Lysimachus seems to like this idea and appeals to Nicias and Laches to submit themselves to Socrates' questioning if they do not mind. Nicias explains to Lysimachus, in what may be considered an "aside," that Socrates never really questions about the subject itself in the end, but rather about the persons themselves. Apparently Nicias is accustomed to Socrates reasoning and does not mind this questioning, but thought that Lysimachus should be informed.
Laches prefaces his decision with the statement that to some he may appear to be an argument lover because whenever his "opponent's" words match his actions, Laches becomes passionate and interested, but whenever the words and the actions are incongruent, Laches does not enjoy the discussion. This leads Laches to say that although he is unfamiliar with Socrates himself, he has heard of Socrates' deeds and believes Socrates' words must be as fair as his actions. Thus, Laches agrees to be submitted to the questioning.
Socrates poses the question anew: what teachers have Laches and Nicias had in the art of training the souls of young men and what other persons have they made better? He then continues, saying that according to his previous suppositions, perhaps they should discuss what each knows about virtue, since it is virtue to young men they will be adding. Since this is quite a gargantuan task, Socrates decides to break down virtue to one single virtue that seems to pertain most to the debate: courage.
Laches states the courage is if a man is willing to stand his post and defend against the enemy. Socrates says he agrees with most of Laches assessment, but asks, what of men who fight while retreating, especially if it is his style? Laches finally agrees that this too is courage. Socrates blames himself for a poorly asked question and poses it anew: what is courage when applied to all situations, not just ones of war?
Laches calls this an "endurance of the soul." Socrates points out that endurance can be a bad thing if accompanied by folly. Naturally, Laches agrees. Socrates gives a few examples that completely throw Laches definition, such as which man is more courageous: the one who knows he will win and fights and the one who is uncertain he will win, but still fights. Laches believes it is the latter, but Socrates points out that that could be considered endurances accompanied by folly perhaps.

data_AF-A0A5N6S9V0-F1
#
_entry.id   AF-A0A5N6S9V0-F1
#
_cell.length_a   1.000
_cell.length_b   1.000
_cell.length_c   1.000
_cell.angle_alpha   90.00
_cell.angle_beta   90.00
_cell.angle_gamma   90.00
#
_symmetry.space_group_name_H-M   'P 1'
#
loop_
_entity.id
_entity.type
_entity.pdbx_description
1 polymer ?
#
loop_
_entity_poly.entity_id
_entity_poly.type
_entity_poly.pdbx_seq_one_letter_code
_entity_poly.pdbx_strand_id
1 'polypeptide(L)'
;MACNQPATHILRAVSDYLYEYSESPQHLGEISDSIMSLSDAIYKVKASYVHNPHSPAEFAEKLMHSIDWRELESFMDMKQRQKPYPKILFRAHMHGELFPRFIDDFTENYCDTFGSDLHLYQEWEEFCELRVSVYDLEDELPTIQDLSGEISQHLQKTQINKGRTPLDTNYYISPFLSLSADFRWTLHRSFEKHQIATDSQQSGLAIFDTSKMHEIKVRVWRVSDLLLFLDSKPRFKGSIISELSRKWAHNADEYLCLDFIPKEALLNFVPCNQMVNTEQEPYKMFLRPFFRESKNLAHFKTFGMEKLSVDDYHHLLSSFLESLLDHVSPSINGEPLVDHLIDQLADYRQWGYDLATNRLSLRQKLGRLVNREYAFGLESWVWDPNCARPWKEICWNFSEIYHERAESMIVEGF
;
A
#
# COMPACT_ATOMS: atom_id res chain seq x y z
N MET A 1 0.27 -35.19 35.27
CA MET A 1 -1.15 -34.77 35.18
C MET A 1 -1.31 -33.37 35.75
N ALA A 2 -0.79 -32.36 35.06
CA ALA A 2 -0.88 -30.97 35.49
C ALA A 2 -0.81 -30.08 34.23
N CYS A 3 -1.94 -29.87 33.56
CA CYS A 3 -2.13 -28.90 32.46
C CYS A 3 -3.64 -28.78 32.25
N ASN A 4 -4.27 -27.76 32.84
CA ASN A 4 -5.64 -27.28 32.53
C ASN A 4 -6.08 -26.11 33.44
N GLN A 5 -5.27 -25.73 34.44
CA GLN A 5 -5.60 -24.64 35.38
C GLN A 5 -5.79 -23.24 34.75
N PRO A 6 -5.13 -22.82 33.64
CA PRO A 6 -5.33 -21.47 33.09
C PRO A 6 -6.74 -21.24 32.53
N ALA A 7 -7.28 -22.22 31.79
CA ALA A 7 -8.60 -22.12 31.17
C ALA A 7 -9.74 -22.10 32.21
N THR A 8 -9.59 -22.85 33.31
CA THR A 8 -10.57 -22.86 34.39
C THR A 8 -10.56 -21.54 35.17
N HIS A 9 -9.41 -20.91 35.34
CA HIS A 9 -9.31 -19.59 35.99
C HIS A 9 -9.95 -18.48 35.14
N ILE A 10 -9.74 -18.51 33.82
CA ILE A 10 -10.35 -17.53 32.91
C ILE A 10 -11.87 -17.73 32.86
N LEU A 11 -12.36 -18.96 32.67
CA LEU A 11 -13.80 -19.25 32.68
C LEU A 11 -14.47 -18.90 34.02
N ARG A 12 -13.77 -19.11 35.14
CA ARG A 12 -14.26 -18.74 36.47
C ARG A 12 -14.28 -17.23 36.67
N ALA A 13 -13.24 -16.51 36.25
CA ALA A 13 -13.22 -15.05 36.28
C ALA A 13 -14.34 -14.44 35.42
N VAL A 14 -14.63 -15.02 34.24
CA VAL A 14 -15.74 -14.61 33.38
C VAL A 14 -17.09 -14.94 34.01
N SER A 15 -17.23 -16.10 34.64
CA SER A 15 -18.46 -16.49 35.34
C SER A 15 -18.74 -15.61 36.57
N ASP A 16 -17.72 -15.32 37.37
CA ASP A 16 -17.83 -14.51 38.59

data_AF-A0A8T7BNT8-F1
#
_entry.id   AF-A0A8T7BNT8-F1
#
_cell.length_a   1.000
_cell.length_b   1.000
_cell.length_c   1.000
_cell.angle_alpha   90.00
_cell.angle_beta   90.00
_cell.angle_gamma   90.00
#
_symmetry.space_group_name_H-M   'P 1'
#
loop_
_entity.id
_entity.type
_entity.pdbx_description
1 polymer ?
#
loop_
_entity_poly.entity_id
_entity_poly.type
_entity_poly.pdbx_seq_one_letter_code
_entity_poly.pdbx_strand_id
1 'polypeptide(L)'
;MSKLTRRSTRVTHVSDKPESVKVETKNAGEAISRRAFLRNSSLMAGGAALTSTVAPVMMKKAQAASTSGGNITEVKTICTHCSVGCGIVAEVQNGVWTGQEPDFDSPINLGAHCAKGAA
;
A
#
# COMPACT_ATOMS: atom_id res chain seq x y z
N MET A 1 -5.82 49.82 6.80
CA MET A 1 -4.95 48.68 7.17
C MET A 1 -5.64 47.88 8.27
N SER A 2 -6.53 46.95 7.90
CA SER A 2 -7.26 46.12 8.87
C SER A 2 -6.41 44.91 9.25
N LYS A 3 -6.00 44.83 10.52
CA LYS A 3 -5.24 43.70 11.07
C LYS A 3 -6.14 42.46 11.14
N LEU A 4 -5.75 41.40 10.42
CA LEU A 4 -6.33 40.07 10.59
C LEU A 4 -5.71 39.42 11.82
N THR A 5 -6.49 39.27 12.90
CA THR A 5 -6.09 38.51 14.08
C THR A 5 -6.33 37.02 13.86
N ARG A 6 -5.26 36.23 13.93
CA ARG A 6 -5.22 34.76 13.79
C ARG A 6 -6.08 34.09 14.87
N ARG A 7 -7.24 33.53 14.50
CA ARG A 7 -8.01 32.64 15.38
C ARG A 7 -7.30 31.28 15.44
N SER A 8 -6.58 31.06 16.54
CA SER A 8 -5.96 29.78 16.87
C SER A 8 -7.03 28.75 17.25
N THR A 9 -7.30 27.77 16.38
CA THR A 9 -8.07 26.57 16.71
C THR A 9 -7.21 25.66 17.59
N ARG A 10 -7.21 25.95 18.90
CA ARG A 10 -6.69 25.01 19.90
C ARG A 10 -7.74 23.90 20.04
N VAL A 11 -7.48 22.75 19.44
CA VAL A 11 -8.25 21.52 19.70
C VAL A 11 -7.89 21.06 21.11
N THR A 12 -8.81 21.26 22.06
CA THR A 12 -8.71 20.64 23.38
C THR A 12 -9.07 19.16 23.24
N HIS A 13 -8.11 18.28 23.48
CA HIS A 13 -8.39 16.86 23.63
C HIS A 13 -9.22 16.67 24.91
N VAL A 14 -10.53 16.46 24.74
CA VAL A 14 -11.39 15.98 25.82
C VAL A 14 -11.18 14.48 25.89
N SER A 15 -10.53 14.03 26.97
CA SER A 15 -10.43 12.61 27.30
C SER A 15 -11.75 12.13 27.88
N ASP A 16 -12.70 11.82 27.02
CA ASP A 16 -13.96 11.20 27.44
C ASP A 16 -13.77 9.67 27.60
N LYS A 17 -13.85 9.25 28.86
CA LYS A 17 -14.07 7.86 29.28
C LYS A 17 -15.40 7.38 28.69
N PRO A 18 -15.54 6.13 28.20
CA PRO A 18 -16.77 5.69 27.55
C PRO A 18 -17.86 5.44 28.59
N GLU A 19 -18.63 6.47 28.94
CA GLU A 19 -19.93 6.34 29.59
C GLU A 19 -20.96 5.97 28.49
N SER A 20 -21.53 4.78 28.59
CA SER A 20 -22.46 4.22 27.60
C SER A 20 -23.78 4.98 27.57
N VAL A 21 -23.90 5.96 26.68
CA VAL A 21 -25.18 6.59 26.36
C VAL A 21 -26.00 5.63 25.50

Nicias then enters the argument once Laches has been confused and isn't sure how to define courage. Nicias declares, in essence, that courage is a type of wisdom and, continuing, that it is knowledge of the hopeful and fearful in war and every situation. Nicias denies that his definition would consider animals courageous: instead, it would make them brash.
To further investigate Nicias' claim, Socrates gets Nicias to agree that fear is a knowledge of some future evil while hope is some knowledge of a future good or non-evil and also that the same knowledge is of the same things, future ones and all kinds. Thus, courage would have to be knowledge of all goods and evils. Socrates states that this is virtue in its entirety, not just courage, since knowledge of all goods and evils enables a man to conduct his whole life well.
The argument concludes with Lysimachus, impressed by Socrates' questioning, deciding to put the boys in school rather than train them in the art of fighting with armor.
While Socrates makes a strong argument and while I do not believe that "knowledge of the hopeful and the fearful" are courage, I do not think he totally convinces me that this is not courage. It does not make total sense that knowledge must be of things past, present, and future. Socrates' example of medicine makes some sense, but in order to be a good doctor, I do not think it it totally necessary to have an idea of where the future of medicine is going (though that might be the mark of a great doctor, a sufficient doctor would only have to know the present state of medicine and, in a way, the past—though not the past in detail.)
And also, Socrates seems to say that virtue needs only be the knowledge of all goods and all evils. I would think that virtue would also be how one faces these goods and evils, not merely having knowledge of them. It is possible that I do not truly understand what Socrates is trying to say, but I think that he has not made a sufficiently strong argument in my view against Nicias as he had against Laches.